'''''HenryVI''''' refers to a trilogy of plays describing the end of the HundredYearsWar and the outbreak of the WarsOfTheRoses. The plays were written very early in Shakespeare's career, and seem to have gained some immediate success (and even envy on the part of his rival dramatists). These early plays tend to be episodic in plot and sometimes overly ornate in language, but they nevertheless give an early indication of the powerful use that Shakespeare would make of English history in his later "chronicle plays." The general theme is that division brings disaster; these plays, performed as a unit with the likewise early ''Theatre/RichardIII'', constitute a plea for national unity under TheHouseOfTudor.

to:

'''''HenryVI''''' '''''Henry VI''''' refers to a trilogy of plays describing the end of the HundredYearsWar and the outbreak of the WarsOfTheRoses. The plays were written very early in Shakespeare's career, and seem to have gained some immediate success (and even envy on the part of his rival dramatists). These early plays tend to be episodic in plot and sometimes overly ornate in language, but they nevertheless give an early indication of the powerful use that Shakespeare would make of English history in his later "chronicle plays." The general theme is that division brings disaster; these plays, performed as a unit with the likewise early ''Theatre/RichardIII'', constitute a plea for national unity under TheHouseOfTudor.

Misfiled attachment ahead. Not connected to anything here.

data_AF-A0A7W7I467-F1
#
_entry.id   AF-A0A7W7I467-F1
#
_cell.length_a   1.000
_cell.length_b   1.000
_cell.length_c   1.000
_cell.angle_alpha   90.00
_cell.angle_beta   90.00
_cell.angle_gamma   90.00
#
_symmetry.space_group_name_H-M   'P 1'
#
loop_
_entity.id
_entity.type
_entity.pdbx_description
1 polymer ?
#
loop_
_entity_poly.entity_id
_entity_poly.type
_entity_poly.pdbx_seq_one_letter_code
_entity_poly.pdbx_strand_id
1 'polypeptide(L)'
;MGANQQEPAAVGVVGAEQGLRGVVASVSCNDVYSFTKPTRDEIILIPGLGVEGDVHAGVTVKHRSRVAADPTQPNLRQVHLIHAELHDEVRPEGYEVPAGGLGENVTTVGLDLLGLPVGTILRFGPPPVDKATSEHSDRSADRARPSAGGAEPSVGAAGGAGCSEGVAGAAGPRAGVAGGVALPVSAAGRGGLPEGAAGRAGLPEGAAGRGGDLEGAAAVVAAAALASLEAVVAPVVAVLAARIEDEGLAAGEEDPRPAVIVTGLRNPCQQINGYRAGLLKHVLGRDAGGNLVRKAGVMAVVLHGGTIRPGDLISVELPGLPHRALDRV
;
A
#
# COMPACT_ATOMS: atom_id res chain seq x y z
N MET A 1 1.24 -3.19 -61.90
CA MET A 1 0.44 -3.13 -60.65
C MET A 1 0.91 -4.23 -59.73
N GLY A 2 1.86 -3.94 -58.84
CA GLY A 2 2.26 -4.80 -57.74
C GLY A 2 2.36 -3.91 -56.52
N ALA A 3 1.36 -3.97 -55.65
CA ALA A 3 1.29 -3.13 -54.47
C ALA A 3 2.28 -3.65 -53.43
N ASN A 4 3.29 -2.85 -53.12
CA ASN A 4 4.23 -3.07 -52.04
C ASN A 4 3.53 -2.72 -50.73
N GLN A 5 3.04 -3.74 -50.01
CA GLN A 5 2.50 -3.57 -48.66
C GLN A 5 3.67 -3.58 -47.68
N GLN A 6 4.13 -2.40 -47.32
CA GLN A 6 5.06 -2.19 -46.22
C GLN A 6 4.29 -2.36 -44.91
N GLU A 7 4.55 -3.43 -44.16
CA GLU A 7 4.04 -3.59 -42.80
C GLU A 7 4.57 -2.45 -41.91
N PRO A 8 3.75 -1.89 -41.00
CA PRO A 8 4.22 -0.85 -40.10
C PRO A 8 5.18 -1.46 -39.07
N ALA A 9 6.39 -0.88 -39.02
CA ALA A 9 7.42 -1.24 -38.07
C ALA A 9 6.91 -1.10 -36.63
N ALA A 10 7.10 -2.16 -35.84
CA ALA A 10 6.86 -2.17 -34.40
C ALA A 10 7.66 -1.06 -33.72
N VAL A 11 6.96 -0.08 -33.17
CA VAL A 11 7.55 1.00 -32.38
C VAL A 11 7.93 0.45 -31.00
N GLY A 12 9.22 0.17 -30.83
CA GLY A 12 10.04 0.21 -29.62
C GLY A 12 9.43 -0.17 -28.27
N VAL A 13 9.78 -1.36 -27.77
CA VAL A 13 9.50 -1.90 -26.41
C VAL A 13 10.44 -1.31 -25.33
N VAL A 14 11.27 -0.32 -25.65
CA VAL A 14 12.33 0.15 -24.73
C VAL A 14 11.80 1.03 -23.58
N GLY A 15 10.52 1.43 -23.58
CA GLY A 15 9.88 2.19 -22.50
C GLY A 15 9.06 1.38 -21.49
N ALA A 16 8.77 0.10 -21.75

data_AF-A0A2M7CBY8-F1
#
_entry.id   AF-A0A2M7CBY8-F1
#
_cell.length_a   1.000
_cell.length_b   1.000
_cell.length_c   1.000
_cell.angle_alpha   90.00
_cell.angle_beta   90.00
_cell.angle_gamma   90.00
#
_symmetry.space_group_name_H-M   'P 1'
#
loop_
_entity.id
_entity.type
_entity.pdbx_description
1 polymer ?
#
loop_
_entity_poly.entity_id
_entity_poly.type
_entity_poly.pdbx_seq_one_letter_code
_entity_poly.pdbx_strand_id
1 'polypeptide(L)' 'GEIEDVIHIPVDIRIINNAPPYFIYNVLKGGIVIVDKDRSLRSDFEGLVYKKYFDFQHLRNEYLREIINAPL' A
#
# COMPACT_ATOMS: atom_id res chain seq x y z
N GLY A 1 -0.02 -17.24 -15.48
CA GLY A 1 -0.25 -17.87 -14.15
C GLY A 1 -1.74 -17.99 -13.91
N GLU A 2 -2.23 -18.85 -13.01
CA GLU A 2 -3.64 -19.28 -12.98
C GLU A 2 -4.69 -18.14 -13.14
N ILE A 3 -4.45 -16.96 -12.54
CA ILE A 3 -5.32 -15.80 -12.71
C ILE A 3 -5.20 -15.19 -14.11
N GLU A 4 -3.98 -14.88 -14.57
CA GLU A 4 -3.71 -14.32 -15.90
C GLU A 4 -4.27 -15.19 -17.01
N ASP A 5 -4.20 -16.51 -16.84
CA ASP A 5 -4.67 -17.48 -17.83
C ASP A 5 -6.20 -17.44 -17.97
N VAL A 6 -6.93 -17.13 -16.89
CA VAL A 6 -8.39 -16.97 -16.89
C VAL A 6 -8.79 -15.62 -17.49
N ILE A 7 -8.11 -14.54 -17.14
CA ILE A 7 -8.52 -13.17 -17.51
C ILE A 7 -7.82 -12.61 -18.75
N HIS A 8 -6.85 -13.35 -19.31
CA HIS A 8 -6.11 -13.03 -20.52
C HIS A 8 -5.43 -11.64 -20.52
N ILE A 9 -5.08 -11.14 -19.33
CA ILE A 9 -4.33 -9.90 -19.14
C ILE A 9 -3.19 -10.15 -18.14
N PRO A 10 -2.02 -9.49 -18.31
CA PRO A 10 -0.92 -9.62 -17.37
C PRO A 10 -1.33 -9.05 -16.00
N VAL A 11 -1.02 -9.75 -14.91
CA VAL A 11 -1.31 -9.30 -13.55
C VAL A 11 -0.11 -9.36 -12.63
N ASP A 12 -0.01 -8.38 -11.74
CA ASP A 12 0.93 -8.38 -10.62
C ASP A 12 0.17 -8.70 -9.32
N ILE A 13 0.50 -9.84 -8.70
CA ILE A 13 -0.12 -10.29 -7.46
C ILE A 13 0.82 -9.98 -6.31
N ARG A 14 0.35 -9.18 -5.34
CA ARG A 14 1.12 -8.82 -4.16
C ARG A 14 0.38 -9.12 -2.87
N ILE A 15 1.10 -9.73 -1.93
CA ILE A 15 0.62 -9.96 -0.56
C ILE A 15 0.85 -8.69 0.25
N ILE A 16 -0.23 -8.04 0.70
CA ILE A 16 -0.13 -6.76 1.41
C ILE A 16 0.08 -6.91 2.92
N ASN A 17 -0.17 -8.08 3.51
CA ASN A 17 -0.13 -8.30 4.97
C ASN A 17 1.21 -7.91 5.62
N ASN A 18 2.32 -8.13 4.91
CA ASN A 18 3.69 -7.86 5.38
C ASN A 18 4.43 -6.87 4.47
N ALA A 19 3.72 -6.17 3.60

'''''HenryVI''''' refers to a trilogy of plays describing the end of the HundredYearsWar and the outbreak of the WarsOfTheRoses. The plays were written very early in Shakespeare's career, and seem to have gained some immediate success (and even envy on the part of his rival dramatists). These early plays tend to be episodic in plot and sometimes overly ornate in language, but they nevertheless give an early indication of the powerful use that Shakespeare would make of English history in his later "chronicle plays." The general theme is that division brings disaster; these plays, performed as a unit with the likewise early ''RichardIII'', constitute a plea for national unity under TheHouseOfTudor.

to:

'''''HenryVI''''' refers to a trilogy of plays describing the end of the HundredYearsWar and the outbreak of the WarsOfTheRoses. The plays were written very early in Shakespeare's career, and seem to have gained some immediate success (and even envy on the part of his rival dramatists). These early plays tend to be episodic in plot and sometimes overly ornate in language, but they nevertheless give an early indication of the powerful use that Shakespeare would make of English history in his later "chronicle plays." The general theme is that division brings disaster; these plays, performed as a unit with the likewise early ''RichardIII'', ''Theatre/RichardIII'', constitute a plea for national unity under TheHouseOfTudor.